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The ABI stresses the importance of "ensuring the UK remains a globally competitive place to do business".

The Association of British Insurers (ABI) and insurers and have said that it is too early to say what the impact of the Brexit vote will be on the industry, but have stressed that "it is business as usual".


Business as usual

Huw Evans, director general of the ABI said the UK insurance and long-term savings industry was strong and built to protect customers from market uncertainty and shocks.

"Customers should remember we remain part of the EU until the process of leaving is complete and they should therefore avoid hasty decisions about their financial matters," said Evans.

"For the UK government, it will be important now to focus on ensuring the UK remains a globally competitive place to do business with the best possible future trading network with the EU and the wider world."

Too early
Similarly Axa's chief executive officer, Paul Evans, said: "It is far too early to say with any degree of certainty what impact the vote will have on our customers, our business and our employees in the UK.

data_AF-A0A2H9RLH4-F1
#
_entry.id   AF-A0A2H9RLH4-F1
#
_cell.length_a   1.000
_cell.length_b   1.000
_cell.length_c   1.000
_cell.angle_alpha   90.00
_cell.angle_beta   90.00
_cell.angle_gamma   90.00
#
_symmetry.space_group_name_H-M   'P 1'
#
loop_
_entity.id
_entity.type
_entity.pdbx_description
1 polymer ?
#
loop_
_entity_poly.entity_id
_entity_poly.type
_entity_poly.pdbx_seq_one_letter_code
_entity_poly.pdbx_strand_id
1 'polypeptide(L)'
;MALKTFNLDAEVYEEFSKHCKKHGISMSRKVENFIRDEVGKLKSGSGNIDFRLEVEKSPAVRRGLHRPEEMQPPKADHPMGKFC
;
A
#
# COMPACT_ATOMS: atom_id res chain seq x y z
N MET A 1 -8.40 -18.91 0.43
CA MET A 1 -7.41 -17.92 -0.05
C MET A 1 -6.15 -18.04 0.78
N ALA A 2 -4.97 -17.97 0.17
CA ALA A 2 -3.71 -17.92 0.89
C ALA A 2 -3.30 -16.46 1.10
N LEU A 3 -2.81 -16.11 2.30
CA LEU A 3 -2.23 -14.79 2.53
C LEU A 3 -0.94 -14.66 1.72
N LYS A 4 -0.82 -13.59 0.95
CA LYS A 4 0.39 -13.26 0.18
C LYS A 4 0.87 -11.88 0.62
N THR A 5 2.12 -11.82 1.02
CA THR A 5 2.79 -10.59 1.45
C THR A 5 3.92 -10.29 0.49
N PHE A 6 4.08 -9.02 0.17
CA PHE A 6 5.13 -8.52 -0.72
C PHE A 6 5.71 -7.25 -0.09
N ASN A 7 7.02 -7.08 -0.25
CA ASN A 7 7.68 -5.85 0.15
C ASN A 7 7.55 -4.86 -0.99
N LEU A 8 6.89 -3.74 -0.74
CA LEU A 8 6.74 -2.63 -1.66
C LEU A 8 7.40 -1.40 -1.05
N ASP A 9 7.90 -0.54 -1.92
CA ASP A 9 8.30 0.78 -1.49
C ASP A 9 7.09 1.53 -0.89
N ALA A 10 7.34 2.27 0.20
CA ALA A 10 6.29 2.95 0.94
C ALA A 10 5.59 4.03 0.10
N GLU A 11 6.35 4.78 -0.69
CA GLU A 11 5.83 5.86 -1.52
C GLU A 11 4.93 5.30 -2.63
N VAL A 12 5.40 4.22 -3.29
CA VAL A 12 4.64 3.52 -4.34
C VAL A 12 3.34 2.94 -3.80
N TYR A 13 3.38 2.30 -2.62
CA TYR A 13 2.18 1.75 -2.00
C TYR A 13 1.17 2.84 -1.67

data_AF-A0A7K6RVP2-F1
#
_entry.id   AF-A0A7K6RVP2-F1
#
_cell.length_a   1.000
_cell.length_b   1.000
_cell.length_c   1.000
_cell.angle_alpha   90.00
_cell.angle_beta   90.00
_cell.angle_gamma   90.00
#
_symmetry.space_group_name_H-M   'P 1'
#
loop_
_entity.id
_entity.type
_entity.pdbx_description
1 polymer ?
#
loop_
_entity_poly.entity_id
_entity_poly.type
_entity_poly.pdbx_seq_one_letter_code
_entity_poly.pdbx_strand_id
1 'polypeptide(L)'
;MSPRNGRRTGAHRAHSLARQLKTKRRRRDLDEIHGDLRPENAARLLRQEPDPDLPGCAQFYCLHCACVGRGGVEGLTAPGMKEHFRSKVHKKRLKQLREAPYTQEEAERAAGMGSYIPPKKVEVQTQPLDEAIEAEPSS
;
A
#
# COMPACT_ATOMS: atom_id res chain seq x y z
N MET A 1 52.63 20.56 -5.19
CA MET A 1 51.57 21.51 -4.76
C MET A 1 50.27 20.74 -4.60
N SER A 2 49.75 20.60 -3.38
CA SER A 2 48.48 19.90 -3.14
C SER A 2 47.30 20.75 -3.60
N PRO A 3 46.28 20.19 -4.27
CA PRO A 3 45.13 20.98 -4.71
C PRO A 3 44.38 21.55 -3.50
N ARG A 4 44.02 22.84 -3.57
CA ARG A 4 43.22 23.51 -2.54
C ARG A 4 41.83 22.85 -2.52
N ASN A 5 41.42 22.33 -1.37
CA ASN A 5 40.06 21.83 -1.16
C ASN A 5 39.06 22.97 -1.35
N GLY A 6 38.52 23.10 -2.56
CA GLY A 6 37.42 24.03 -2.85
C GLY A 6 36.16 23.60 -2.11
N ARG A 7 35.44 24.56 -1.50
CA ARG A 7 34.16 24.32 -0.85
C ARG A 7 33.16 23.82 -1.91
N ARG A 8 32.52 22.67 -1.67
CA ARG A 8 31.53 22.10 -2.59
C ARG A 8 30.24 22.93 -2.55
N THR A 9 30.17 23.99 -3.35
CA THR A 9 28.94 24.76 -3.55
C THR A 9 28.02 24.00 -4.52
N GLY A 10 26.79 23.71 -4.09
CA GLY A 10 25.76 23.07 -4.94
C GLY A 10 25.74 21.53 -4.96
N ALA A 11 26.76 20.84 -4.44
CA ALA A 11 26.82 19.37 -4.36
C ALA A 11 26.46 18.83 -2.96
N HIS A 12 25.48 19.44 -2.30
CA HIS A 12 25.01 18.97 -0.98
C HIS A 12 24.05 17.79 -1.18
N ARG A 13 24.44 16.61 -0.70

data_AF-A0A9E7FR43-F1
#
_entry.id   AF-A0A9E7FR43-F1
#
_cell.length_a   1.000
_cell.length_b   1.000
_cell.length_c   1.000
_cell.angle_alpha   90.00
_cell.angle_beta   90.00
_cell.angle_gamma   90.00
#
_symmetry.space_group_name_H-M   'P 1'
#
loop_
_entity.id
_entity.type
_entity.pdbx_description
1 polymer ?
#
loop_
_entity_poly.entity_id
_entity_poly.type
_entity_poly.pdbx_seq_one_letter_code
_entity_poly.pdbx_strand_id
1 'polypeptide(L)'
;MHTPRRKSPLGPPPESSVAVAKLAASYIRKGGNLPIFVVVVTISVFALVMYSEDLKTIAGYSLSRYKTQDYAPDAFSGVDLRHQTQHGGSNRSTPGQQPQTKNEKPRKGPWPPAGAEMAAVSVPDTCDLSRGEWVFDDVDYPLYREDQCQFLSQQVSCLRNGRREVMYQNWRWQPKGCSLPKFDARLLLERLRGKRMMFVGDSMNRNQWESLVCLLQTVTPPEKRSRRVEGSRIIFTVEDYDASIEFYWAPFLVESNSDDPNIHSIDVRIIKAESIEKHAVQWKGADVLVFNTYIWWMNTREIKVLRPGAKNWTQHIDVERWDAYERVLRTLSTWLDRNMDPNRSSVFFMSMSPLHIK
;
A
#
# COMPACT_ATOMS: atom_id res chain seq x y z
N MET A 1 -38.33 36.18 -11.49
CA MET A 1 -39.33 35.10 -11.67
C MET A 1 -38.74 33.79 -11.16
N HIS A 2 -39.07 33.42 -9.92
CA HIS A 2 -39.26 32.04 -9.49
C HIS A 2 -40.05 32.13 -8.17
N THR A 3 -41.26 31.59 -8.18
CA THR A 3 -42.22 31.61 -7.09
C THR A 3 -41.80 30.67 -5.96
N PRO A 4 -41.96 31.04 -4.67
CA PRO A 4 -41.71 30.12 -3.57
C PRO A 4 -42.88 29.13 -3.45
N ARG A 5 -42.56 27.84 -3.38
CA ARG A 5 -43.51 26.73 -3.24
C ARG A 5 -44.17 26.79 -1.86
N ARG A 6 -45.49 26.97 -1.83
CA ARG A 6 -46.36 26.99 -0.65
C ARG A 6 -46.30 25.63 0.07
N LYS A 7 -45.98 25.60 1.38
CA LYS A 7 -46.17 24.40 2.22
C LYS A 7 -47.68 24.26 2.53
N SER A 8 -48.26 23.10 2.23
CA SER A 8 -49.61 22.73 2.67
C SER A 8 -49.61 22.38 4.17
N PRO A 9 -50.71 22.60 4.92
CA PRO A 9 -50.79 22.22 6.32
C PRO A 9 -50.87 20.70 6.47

"Following the outcome of the vote we will now monitor the coming withdrawal negotiations closely and will continue to support our customers and employees in the time ahead."


Work with government

Biba has confirmed that it would work with the UK government to ensure best interests of insurance customers are fully represented during the exit negotiations.

Meanwhile, Jon Dye, chief executive officer at Allianz Insurance said the company had a "long term commitment" to the UK market and to all of its commercial and personal lines customers.

"Our priority remains to offer the best levels of service to our customers and to support them through this period of uncertainty. So, for Allianz UK, it is very much ‘business as usual'."

Aviva said its UK operations and other subsidiaries in the EU were well capitalised and would continue to trade as normal.

It stated: "Aviva continues to be supervised by the PRA/FCA as lead regulator and Aviva's European subsidiaries are incorporated and regulated locally and principally trade in their local market."

The insurer added that it would continue to monitor the "technical implications" of the vote to leave.

Tagged with: Brexit

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